• Call a spade a spade when necessary. For example: if a story is misogynistic or misandrist, call it such, but be aware of how such things fit into different cultures. Is the female protagonist forced to work inside the guidelines of such a culture? If so, understand this and leave it alone. Sometimes survival speaks stronger than resistance. Case in point: Margaret Atwood’s The Handmaid’s Tale, a novel where protagonist is forced to work within the confines of the extreme misogyny her world has descended into. This does not make the work misogynistic. Rather, the story is a feminist tale.  Personal Note: I’ve come across a few stories here on CC that were actually violent, misogynist fantasies hidden under the label of erotica. I called them what they were and would do the same for a story containing misandry. Don’t be afraid to do so, but know why you’re doing so and be prepared to articulate and defend your position with sound evidence. Hate is hate. Abuse is abuse. Don’t be afraid to call it out, but know who the real hater is before you do so.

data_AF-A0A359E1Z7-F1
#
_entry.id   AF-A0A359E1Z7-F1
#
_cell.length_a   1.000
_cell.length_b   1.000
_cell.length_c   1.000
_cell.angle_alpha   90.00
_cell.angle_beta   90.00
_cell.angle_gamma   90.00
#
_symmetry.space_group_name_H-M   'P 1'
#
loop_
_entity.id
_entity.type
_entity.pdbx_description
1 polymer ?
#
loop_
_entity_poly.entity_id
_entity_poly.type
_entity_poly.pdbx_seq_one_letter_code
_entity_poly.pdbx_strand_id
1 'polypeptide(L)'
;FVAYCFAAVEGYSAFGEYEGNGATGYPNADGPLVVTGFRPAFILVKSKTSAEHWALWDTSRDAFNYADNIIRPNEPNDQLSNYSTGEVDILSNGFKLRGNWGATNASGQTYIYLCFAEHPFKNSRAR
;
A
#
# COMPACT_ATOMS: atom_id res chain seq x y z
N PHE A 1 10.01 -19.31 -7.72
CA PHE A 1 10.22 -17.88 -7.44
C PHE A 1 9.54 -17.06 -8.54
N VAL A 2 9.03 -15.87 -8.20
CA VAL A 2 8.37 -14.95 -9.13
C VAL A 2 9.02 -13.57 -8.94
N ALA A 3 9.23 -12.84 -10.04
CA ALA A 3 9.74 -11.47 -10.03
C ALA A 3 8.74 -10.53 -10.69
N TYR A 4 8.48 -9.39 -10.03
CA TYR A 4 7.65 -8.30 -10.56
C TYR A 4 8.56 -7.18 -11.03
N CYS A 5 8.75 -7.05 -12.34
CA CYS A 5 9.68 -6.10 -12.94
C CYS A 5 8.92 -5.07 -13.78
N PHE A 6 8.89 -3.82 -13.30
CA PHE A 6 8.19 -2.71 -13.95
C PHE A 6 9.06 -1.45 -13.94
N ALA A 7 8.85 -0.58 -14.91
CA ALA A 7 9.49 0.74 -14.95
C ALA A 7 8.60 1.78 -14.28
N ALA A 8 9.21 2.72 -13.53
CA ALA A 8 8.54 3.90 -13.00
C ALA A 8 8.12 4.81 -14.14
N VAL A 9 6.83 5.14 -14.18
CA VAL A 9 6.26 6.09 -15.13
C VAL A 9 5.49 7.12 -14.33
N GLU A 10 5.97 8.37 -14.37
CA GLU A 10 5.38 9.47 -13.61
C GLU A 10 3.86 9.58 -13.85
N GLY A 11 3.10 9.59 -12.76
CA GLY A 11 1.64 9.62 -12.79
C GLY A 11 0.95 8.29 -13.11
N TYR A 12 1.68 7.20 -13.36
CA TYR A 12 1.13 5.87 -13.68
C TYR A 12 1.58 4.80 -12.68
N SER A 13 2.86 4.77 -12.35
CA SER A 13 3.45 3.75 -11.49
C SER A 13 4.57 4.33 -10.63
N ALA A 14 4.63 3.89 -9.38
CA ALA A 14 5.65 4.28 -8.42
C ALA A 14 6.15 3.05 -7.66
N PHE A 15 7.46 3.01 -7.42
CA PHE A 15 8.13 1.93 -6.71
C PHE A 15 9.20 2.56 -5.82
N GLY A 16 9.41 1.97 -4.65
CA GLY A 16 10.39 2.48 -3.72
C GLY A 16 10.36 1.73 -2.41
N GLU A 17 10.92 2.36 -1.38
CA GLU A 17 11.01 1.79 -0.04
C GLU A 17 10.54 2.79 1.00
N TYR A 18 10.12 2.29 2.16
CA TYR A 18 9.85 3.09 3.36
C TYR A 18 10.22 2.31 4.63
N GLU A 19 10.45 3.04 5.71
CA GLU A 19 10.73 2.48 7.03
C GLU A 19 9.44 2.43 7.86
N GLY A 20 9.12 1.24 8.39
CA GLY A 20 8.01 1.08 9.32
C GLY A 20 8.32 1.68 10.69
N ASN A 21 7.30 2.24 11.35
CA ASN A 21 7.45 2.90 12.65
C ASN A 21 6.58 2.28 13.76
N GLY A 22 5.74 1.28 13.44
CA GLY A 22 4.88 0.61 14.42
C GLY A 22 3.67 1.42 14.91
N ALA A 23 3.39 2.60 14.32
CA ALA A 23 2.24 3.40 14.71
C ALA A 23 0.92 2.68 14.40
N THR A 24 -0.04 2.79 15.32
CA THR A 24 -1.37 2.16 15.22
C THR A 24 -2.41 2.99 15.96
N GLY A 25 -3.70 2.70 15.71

Still ucomfortable? Here are some graceful work arounds that will still let you critique:

  • Heed warning labels. Even if there's no reason in your eyes, the author posted the warning because she/ he thinks there's good reason.
  • Ignore the content in question. If the story is great except for that one part that makes you uncomfortable, work around it. It’s very easy to do.
  • Admit that you aren’t familiar with the culture, religion, community or lifestyle and will be not critiquing that story aspect for that reason. No one will fault you for it. Don’t go into details why you aren’t—no “I don’t believe” or “I don’t like”—it doesn’t matter. Just say you aren’t because you have no basis for comparison and get on with it.
  • If all else fails, go ahead hit that back button, but it should be your last resort. If you feel that strongly about the content, say nothing and go do something else. Don’t try to set someone “straight.” Don’t try to make someone agree with you. Don’t get in a tizzy. Don’t gloss to the end, call the writer a name, and stomp off. You’re bigger than that.
  • Never, ever attack an author personally. Period. That’ll get you thrown out of every critique group I’ve ever been a part of, and, if you want to write, you need somewhere to share your works in progress.

So there you have it. Read. Critique. Write. But most of all, Learn. When we learn, we can accept. When we can accept, we can understand. When we can understand, we can embrace. When we can embrace, we become a part of a something greater, something we can all write about so even more of us can learn so the cycle perpetuates. We’ve taken a few cultural back steps lately, especially in the U.S., but it shouldn’t keep us from progressing as readers, writers, and insightful, confident critters.  

Posted by jlgfellers 15 Feb 2017 at 00:57